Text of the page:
The planet Mars has been the one other neighboring celestial body after the moon which space programs from countries on Earth have focused exploratory attempts, if they have the capacity. Over the decades there have been numerous missions to the Red Planet, from space probes performing flybys, to orbiters keeping regular vigilance above, to landers that would actually alight on a fixed spot of the surface to probe, and finally rovers that can move around to examine more. There have been failures and successes, and the latter is almost always celebrated, much like what happened in NASA following Thursday’s triumph.
By that we mean the successful touchdown of Perseverance, the latest rover probe to be sent to explore Mars. Launched on the penultimate day of January, it successfully landed at its specific destination on the Jezero Crater this February 18 as told by The Verge. From there it will commence a new journey to look for possible signs that life existed on the Red Planet long ago. So long as its power source holds out and no significant damage was sustained, the Perseverance probe could be at this mission for NASA for several years on.
“Perseverance is safely on the surface of Mars ready to begin seeking the signs of past life,” announced Swati Mohan, speaking for NASA’s Entry, Descent and Landing team. They had the key duty of seeing the rover, in its re-entry shell, all through the “seven minutes of terror” period wherein it penetrated the Martian atmosphere at speeds of 12,100 miles per hour, before a parachute and six rocket thrusters slowed it down. Stopping to hover 66 feet from the red surface of Jezero Crater, the descent stage then lowered Perseverance by cables, which the rover then cut off upon landing.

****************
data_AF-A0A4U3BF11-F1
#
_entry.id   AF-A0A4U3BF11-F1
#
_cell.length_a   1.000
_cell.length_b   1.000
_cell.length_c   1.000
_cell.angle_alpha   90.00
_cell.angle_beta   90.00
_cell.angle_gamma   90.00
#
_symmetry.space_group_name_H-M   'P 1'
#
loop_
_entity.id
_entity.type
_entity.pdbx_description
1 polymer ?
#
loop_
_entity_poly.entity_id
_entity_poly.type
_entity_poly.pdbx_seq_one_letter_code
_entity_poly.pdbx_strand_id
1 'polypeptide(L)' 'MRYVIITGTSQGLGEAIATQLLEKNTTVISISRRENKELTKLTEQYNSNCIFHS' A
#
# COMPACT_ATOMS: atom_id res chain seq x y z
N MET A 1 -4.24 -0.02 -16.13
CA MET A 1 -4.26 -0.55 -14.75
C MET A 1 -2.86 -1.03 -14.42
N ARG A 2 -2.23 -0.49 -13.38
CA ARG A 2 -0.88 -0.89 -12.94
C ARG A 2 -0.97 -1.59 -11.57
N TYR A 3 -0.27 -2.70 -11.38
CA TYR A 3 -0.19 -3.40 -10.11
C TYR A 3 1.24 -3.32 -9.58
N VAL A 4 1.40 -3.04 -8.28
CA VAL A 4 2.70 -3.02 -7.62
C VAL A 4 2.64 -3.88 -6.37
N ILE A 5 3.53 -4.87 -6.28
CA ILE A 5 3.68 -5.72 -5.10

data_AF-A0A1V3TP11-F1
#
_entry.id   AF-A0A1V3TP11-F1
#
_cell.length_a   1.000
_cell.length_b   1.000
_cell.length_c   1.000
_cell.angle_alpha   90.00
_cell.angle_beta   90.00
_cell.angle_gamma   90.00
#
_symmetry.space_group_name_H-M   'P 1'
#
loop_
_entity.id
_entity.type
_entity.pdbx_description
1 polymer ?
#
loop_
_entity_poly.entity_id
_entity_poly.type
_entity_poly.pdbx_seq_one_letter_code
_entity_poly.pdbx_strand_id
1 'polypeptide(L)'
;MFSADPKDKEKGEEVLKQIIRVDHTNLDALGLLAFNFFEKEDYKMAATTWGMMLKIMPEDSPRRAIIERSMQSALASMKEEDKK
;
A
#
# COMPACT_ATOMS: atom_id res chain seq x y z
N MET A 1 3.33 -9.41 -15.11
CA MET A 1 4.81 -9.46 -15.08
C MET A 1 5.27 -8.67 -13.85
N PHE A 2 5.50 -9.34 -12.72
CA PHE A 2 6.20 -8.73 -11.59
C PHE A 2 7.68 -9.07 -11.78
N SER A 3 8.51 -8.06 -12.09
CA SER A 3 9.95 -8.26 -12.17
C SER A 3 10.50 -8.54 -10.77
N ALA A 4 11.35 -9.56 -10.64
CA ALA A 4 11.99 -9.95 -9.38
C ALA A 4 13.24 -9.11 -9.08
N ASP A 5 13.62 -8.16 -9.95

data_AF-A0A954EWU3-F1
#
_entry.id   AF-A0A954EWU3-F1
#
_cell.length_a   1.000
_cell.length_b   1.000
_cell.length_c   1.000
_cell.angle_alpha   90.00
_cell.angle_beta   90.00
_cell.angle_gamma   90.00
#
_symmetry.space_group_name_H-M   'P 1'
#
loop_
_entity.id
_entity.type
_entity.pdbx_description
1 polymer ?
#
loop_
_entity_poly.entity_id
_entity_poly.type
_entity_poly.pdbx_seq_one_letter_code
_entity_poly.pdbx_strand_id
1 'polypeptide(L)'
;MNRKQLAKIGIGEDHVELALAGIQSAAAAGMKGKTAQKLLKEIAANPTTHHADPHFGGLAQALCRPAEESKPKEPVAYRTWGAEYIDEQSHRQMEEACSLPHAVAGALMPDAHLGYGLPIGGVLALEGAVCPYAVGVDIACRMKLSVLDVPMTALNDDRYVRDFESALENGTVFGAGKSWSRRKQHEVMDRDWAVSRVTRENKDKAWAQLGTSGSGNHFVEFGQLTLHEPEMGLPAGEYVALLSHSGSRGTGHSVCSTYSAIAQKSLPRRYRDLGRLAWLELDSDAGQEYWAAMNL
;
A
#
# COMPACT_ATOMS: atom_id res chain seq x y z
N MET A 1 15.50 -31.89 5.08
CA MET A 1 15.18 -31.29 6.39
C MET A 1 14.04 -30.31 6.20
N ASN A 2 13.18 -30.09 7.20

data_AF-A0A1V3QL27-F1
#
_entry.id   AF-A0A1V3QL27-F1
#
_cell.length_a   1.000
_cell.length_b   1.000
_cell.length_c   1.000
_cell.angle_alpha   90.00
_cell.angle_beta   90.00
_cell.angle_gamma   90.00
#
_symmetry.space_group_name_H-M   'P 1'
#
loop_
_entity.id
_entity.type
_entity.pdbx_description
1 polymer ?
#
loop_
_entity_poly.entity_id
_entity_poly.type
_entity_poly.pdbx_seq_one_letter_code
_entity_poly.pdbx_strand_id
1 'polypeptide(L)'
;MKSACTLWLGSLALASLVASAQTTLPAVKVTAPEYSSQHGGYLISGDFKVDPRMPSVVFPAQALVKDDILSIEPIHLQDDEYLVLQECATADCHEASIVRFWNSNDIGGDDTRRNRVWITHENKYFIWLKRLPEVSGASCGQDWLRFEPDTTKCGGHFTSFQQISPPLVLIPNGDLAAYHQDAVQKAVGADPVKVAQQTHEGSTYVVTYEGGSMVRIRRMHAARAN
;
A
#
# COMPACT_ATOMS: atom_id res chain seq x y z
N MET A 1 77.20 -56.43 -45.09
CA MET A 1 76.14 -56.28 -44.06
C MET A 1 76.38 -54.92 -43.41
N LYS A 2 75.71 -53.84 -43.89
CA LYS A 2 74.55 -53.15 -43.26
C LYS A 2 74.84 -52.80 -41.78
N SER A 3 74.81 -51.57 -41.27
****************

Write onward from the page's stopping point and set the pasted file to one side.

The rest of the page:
Designed and built at a cost of about $2.7 billion, Perseverance is a mobile laboratory about the size of an SUV, kitted with laser-beam cameras to analyze Martian rocks, soil sample collector, a machine that will attempt to create Oxygen (O2) from the carbon dioxide (CO2) in the atmosphere, and even a solar-powered helicopter probe named Ingenuity, to test the first ever powered flight on a planet outside of Earth. Considered for the future is a sample return mission, where a spacecraft from the European Space Agency (ESA) that could be launched in 2026 will travel to Mars to pick up Perseverance’s Martian soil samples. All this looks forward to an optimistic timetable where manned space missions could ultimately go to Mars by the 2030s.
Image courtesy of NASA